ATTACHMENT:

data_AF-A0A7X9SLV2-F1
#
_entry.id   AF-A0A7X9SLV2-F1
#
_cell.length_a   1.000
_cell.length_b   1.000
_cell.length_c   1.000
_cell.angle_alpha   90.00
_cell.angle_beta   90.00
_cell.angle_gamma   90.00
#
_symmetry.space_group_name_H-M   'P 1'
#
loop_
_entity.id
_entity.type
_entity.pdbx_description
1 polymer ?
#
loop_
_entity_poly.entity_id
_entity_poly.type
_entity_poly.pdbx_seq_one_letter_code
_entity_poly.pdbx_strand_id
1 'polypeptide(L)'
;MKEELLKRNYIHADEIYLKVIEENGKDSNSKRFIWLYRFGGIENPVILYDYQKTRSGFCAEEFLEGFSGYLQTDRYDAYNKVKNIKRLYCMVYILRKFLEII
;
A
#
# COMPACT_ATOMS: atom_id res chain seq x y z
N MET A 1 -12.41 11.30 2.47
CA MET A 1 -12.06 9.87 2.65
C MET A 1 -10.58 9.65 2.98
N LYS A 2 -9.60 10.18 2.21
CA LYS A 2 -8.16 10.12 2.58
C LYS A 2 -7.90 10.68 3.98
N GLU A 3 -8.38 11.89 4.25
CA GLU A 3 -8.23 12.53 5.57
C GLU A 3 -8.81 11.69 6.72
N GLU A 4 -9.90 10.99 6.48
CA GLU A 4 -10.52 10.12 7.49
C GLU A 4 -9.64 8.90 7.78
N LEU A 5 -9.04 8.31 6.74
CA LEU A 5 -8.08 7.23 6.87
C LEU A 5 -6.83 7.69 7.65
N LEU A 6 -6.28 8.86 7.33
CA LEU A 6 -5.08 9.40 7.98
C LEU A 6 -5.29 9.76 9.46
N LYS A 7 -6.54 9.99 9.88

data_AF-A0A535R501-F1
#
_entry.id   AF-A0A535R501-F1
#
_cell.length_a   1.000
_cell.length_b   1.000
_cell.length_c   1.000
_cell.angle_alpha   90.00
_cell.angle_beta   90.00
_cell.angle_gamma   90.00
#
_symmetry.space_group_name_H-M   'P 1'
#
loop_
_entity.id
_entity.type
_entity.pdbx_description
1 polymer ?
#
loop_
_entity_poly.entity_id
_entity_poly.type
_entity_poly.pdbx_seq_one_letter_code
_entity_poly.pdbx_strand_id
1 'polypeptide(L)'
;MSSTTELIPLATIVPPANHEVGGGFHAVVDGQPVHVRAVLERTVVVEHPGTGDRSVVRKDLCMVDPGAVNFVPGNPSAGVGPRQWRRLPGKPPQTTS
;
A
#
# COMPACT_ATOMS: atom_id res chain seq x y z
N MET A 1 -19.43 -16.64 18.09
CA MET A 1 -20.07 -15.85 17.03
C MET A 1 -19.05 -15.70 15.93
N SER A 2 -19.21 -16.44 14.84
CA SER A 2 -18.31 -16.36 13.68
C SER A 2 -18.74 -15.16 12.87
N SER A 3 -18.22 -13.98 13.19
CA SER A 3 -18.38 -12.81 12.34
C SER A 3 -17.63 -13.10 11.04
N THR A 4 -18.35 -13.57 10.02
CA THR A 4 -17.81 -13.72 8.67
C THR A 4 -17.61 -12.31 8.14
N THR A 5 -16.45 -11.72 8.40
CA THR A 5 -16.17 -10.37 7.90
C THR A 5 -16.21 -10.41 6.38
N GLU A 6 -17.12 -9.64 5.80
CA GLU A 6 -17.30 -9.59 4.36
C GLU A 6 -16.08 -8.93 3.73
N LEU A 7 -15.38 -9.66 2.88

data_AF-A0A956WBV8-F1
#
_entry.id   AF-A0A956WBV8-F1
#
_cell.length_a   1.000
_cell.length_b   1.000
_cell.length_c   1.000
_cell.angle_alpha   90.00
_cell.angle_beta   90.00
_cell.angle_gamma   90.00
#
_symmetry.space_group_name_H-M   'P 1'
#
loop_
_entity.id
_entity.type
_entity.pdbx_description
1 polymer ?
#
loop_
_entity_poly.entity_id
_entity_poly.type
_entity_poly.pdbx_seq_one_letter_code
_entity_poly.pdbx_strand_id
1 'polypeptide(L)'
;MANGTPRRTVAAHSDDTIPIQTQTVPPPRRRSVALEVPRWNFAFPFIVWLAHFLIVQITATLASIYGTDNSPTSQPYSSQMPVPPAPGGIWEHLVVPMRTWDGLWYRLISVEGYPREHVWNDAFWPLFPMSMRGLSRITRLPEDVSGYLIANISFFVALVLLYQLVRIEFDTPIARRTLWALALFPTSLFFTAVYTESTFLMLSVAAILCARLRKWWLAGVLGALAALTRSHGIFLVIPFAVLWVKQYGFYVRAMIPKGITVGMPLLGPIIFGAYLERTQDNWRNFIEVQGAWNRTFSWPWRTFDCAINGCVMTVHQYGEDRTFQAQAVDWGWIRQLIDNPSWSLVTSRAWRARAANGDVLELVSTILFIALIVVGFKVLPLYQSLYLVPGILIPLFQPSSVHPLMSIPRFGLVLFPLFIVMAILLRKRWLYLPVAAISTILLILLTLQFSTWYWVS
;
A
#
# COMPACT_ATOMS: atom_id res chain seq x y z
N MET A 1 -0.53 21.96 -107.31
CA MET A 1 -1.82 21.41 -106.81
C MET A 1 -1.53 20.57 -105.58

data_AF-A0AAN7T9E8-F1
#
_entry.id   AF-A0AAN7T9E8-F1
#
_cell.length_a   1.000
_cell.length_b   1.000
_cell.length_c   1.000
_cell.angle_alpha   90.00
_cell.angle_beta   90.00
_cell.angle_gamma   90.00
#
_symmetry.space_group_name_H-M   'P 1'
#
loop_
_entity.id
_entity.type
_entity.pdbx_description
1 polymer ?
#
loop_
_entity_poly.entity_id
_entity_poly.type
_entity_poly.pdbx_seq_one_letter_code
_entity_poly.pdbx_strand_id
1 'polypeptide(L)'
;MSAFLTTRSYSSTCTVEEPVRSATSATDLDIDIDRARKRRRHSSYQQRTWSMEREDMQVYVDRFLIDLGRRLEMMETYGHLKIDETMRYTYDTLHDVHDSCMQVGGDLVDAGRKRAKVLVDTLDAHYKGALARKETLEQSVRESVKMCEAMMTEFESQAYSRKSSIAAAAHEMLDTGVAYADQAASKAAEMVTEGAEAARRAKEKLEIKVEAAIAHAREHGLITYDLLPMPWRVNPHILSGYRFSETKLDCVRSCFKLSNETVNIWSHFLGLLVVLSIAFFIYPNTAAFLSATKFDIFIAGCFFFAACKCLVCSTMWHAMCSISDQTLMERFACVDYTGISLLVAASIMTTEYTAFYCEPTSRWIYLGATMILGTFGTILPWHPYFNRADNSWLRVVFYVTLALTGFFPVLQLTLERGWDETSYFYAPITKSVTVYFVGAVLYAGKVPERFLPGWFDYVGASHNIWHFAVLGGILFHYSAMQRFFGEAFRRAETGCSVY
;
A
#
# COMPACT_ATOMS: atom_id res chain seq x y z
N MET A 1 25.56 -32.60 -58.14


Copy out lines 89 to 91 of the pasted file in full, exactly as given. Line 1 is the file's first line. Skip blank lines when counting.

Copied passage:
N THR A 4 -18.35 -13.57 10.02
CA THR A 4 -17.81 -13.72 8.67
C THR A 4 -17.61 -12.31 8.14